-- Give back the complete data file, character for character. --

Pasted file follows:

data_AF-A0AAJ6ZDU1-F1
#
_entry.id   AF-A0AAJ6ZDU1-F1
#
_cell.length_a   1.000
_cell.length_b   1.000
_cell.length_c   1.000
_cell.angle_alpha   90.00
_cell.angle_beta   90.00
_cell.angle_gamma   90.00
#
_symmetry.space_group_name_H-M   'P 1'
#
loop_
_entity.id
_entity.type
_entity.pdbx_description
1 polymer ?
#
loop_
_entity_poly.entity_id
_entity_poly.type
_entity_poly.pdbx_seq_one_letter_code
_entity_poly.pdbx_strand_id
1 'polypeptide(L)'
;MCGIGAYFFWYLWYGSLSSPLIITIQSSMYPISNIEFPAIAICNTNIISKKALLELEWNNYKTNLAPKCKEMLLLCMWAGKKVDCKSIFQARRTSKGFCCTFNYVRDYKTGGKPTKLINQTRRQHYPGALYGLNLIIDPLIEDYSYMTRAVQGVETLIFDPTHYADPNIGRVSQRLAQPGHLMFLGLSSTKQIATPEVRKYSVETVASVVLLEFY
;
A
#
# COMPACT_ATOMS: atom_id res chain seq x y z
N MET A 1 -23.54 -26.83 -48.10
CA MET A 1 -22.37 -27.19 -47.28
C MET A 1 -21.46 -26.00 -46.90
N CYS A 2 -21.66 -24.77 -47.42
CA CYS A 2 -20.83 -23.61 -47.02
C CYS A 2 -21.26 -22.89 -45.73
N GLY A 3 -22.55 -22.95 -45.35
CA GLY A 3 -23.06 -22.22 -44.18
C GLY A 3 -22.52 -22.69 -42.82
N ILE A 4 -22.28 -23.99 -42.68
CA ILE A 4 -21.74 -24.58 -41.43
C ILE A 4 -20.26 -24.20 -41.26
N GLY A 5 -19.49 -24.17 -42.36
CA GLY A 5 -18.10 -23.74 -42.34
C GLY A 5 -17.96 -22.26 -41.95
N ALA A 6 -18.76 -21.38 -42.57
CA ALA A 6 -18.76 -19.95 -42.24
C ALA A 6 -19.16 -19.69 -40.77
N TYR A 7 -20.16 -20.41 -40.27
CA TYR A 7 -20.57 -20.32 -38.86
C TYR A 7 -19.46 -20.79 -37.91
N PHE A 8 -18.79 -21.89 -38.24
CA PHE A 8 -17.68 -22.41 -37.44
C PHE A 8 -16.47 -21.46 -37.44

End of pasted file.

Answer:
data_AF-A0AAJ6ZDU1-F1
#
_entry.id   AF-A0AAJ6ZDU1-F1
#
_cell.length_a   1.000
_cell.length_b   1.000
_cell.length_c   1.000
_cell.angle_alpha   90.00
_cell.angle_beta   90.00
_cell.angle_gamma   90.00
#
_symmetry.space_group_name_H-M   'P 1'
#
loop_
_entity.id
_entity.type
_entity.pdbx_description
1 polymer ?
#
loop_
_entity_poly.entity_id
_entity_poly.type
_entity_poly.pdbx_seq_one_letter_code
_entity_poly.pdbx_strand_id
1 'polypeptide(L)'
;MCGIGAYFFWYLWYGSLSSPLIITIQSSMYPISNIEFPAIAICNTNIISKKALLELEWNNYKTNLAPKCKEMLLLCMWAGKKVDCKSIFQARRTSKGFCCTFNYVRDYKTGGKPTKLINQTRRQHYPGALYGLNLIIDPLIEDYSYMTRAVQGVETLIFDPTHYADPNIGRVSQRLAQPGHLMFLGLSSTKQIATPEVRKYSVETVASVVLLEFY
;
A
#
# COMPACT_ATOMS: atom_id res chain seq x y z
N MET A 1 -23.54 -26.83 -48.10
CA MET A 1 -22.37 -27.19 -47.28
C MET A 1 -21.46 -26.00 -46.90
N CYS A 2 -21.66 -24.77 -47.42
CA CYS A 2 -20.83 -23.61 -47.02
C CYS A 2 -21.26 -22.89 -45.73
N GLY A 3 -22.55 -22.95 -45.35
CA GLY A 3 -23.06 -22.22 -44.18
C GLY A 3 -22.52 -22.69 -42.82
N ILE A 4 -22.28 -23.99 -42.68
CA ILE A 4 -21.74 -24.58 -41.43
C ILE A 4 -20.26 -24.20 -41.26
N GLY A 5 -19.49 -24.17 -42.36
CA GLY A 5 -18.10 -23.74 -42.34
C GLY A 5 -17.96 -22.26 -41.95
N ALA A 6 -18.76 -21.38 -42.57
CA ALA A 6 -18.76 -19.95 -42.24
C ALA A 6 -19.16 -19.69 -40.77
N TYR A 7 -20.16 -20.41 -40.27
CA TYR A 7 -20.57 -20.32 -38.86
C TYR A 7 -19.46 -20.79 -37.91
N PHE A 8 -18.79 -21.89 -38.24
CA PHE A 8 -17.68 -22.41 -37.44
C PHE A 8 -16.47 -21.46 -37.44